Select & Ultimate Rates: Many insurers file two (2) different sets of rates with the State Departments of Insurance for each and every risk class. Select rates are filed for use in newly-issued policies where health examinations and medical records provide underwriters with the information needed to "select" the rates most appropriate for a given applicant (e.g., preferred plus, preferred, standard, sub-standard rates). Ultimate rates are filed for use in the renewal of existing policies where this underwriting information is aged or not available. Ultimate rates are, therefore, higher than select rates to compensate the insurer for the risk that a health condition (e.g., heart attack, cancer, etc.) can develop after policy issuance. Select rates apply in the initial policy year(s) with ultimate rates phased in as underwriting information ages (typically over the first 10 - 15 policy years). Policies that have reached the ultimate rate period (e.g., policies 10 years old and older) may be re-rated by supplying a new health examination and updated medical records thereby refreshing the underwriting information needed to select the appropriate rate class.
7-Pay Premium: The Technical and Miscellaneous Revenue Act (TAMRA) of 1988 classifies certain policies where premium payments exceed a certain threshold as Modified Endowment Contracts (MECs). Distributions from these policies (excluding death benefits but including policy loans and withdrawals) are taxed differently (i.e., both withdrawals and loans are generally taxed under Last in First Out (LIFO) accounting rules where loans are treated as withdrawals and gains are taxed first and basis withdrawn last) and may be subject to an IRS 10% penalty tax. A policy is generally considered a MEC when cumulative premiums paid exceed the cumulative annual 7-pay premium. To the extent that cumulative premium payments are less than the cumulative annual 7-pay premium, then loans would generally not be taxable, withdrawals would be taxed under First in First Out (FIFO) accounting rules (i.e., cost basis is distributed first and not taxable until gains are distributed which are then taxable), and neither are subject to an IRS 10% penalty tax.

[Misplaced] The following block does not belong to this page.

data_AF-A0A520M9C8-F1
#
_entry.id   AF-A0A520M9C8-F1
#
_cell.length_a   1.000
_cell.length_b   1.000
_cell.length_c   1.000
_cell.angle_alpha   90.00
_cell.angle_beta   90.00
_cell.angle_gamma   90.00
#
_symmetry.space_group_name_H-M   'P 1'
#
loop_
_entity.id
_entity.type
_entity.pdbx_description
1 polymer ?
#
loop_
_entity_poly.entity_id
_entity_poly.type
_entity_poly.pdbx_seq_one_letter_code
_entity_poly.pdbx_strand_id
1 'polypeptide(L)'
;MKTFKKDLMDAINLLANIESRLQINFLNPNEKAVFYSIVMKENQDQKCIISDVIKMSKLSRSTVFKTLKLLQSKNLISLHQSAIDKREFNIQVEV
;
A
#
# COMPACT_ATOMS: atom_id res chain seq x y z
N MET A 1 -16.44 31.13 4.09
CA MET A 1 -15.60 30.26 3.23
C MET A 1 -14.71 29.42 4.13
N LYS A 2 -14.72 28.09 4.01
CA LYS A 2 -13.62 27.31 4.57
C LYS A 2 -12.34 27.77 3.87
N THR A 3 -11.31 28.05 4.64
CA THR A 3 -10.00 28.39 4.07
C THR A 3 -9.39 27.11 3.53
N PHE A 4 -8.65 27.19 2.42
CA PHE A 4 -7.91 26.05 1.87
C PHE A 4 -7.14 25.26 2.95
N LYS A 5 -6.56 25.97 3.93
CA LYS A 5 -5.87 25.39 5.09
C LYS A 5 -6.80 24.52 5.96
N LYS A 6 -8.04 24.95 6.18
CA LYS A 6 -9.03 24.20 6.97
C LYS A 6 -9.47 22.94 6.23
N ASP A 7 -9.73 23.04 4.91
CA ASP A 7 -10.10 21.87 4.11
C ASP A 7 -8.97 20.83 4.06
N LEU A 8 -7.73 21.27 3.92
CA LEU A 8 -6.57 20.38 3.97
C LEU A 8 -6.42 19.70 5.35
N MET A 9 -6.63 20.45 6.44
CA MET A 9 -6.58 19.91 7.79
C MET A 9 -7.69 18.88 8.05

Smoker: A health profile designation for policy buyers who have used tobacco products within the last two years. This time frame varies by insurer and product. (Also see Tobacco Use.)
Standard: A risk class designation for policy buyers whose health profiles are likely to result in average mortality risks. (Also see Risk Class and Health Profile.)
Sub-Standard: A risk class designation for policy buyers whose impaired health profiles are likely to result in higher than average mortality risks. (Also see Risk Class and Health Profile.)
Surrender Charge: An amount deducted from the accumulation value of a life insurance policy to yield its cash surrender value. These charges, typically found in the first 10 to 20 policy years, enable the insurer to cover a portion of unrecouped issue costs on policies that surrender early.
Survivorship: Survivorship (or second-to-die) life insurance is written on two lives and the death benefit is payable upon the death of the last insured person. These policies are commonly used as a means of funding anticipated federal estate taxes.